David Gentleman was commissioned to create new illustrations for this limited edition. His work as an artist and illustrator, spanning a career of more than 60 years, is rooted in the English artistic tradition. Born in 1930, he studied illustration under Edward Bawden and John Nash at the Royal College of Art, a time that instilled an appreciation for craft, design and the pastoral that is everywhere evident in Gentleman’s art. He has worked an exceptionally wide range of formats: his wood engravings have appeared on the covers of numerous Penguin editions as well as a 100-metre-long mural at Charing Cross London Underground station; he is the designer of more than 100 stamps for the British Post Office; and his watercolours and lithographs feature in countless publications. Like Edward Thomas, David Gentleman has a particular talent for capturing the spirit of a place, and much of his creative output sprints from his close observation of the natural world made on his own country walks, particularly around his house in Suffolk. His work for Edward Thomas: Selected Poems prompted him to tread in Edward Thomas’s footsteps, travelling to Steep in Hampshire to sketch the house Thomas describes in ‘The Manor Farm’. Gentleman’s beeches are based on those on the hillside behind the farm, white the trees for his ‘In Memoriam (Easter, 1915)’ lithograph are portraits of ‘old friends in Suffolk’. As Gentleman himself acknowledges, poetry offers an artist a specific challenge; artwork should accompany rather than illustrate verse, reflecting tone and atmosphere without ‘stepping on the toes of the poem’. David Gentleman’s lithographs, quietly fresh and intricately detailed, do just this, while the gently recurring imagery of pathways and trails are evocative of the roads taken – and not taken – that were such a dominant feature of Edward Thomas’s life and work.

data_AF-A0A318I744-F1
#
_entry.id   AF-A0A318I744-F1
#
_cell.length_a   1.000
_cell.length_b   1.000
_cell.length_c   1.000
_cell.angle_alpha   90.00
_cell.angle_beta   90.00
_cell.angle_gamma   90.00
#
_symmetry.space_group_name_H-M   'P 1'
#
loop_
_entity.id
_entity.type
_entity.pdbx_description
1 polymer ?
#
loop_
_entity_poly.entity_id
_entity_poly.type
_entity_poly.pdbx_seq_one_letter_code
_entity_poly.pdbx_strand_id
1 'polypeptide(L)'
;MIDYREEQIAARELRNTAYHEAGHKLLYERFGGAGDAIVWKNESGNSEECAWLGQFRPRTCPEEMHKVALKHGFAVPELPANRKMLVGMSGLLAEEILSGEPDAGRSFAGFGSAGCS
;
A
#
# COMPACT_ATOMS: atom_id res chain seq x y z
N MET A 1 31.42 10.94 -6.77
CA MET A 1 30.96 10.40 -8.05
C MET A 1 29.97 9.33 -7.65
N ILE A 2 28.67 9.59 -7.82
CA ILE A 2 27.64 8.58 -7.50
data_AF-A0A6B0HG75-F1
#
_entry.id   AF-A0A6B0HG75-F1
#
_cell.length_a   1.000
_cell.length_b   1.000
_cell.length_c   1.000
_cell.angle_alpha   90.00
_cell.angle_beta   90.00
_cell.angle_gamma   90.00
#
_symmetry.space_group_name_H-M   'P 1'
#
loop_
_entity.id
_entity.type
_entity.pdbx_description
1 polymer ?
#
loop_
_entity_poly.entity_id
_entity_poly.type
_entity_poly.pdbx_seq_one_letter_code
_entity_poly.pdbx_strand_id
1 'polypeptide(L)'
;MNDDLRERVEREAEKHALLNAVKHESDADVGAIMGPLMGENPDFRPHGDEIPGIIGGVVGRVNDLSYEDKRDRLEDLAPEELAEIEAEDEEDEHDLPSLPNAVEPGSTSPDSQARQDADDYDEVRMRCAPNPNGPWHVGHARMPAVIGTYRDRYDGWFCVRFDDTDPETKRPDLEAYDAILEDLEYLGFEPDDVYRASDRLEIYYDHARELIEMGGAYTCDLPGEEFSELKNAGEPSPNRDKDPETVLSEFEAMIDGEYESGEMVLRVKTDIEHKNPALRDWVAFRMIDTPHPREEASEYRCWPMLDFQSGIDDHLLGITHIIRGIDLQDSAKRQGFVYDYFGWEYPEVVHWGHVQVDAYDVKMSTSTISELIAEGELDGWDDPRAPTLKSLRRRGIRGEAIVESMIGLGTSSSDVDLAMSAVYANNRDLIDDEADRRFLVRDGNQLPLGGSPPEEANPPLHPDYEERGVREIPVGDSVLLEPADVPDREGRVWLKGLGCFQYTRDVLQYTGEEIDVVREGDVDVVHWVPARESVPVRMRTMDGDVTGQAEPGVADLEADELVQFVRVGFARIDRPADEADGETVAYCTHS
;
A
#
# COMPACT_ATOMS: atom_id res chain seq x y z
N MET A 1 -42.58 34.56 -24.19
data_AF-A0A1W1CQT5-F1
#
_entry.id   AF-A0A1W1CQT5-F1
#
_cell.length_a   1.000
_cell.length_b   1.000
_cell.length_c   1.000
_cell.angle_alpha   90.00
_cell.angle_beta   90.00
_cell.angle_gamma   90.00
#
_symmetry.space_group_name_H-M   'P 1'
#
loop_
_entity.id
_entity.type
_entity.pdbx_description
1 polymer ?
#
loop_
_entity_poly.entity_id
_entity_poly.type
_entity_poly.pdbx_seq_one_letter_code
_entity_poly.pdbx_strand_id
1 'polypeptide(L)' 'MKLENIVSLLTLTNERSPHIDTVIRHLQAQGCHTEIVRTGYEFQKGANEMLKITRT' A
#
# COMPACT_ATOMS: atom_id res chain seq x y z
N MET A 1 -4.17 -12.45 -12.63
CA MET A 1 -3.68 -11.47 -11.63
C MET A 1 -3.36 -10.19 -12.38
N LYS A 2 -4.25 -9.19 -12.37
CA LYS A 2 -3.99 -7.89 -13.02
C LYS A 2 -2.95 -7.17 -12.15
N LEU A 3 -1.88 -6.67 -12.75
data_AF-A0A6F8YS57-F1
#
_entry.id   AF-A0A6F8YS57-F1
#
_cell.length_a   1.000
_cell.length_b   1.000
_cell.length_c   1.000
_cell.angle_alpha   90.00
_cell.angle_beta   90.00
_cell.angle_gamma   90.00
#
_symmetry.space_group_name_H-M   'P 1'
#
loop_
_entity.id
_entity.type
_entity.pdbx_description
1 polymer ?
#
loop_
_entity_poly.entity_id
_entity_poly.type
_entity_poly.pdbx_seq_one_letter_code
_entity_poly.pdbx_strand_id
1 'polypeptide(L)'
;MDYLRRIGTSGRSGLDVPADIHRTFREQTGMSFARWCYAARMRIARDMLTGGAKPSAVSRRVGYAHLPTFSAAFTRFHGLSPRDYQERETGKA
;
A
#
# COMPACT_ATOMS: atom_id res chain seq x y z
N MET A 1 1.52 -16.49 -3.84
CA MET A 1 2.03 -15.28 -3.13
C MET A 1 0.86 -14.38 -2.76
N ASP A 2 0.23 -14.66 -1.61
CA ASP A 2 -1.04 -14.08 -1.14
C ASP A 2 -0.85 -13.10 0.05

The printing process of lithography (literally, drawing on stone) was invented in 1796, and quickly became recognised as the best method of reproducing works of art and other images in colour. Highly skilled craftsmen would interpret an original image by eye, drawing separations of different colours which were then re-combined on the printing press to create a faithful reproduction of the original.

In the early 20th century a number of artists in Europe and America begin to experiment with producing their own colour separations, creating in the process a new artistic medium, in which translucent colours could be overprinted to striking effect. Thus autholithography was born; its practitioners in Britain including Eric Ravilious, Elisabeth Frink, Henry Moore – and technically the finest of all – Barnett Freedman. When making a lithograph, the artist works directly on the printing medium (be it stone, zinc plate or film) and therefore every image is an original print, not a reproduction of a pre-existing work. This gives lithographs – and books containing them – a particularly strong appeal to collectors, especially when signed by the artist as is the case with this limited edition from The Folio Society. David Gentleman is a central figure in the British tradition of autholithography. Among his earliest work was a contribution to the Lyons lithographs series, alongside Edward Bawden, John Piper and others, and he has continued to return to this medium throughout his long creative lifeett_05_1.png

We have one copy of of this limited edition (1250 signed and hand-numbered by David Gentleman) from The Folio Society for sale at a special price of £150.

Edward Thomas: Selected Poems 

Contact Emma Balch / Tel: 07879 373431


Stan Lane visiting The Story of Books with Paul Kidson (Ludlow Bookbinders), Graham Moss (Incline Press) and Eckehart Schumacher (Schumacher Gebler).


Master printer Stan Lane and print collector and expert, Eckehart Schumacher, from Dresden, tucking into ‘Printer’s Pie’ on their visit to The Story of Books in Hay-on-Wye.

With thanks to Joe Whitlock-Blundell, Tom Walker, Vicky Traino at The Folio Society in London, to Victoria Hall in Norfolk, to Stan Lane in Gloucester, and to John Morgan, Old Forest Arts and to Vladimir Micic for their help in Hay-on-Wye.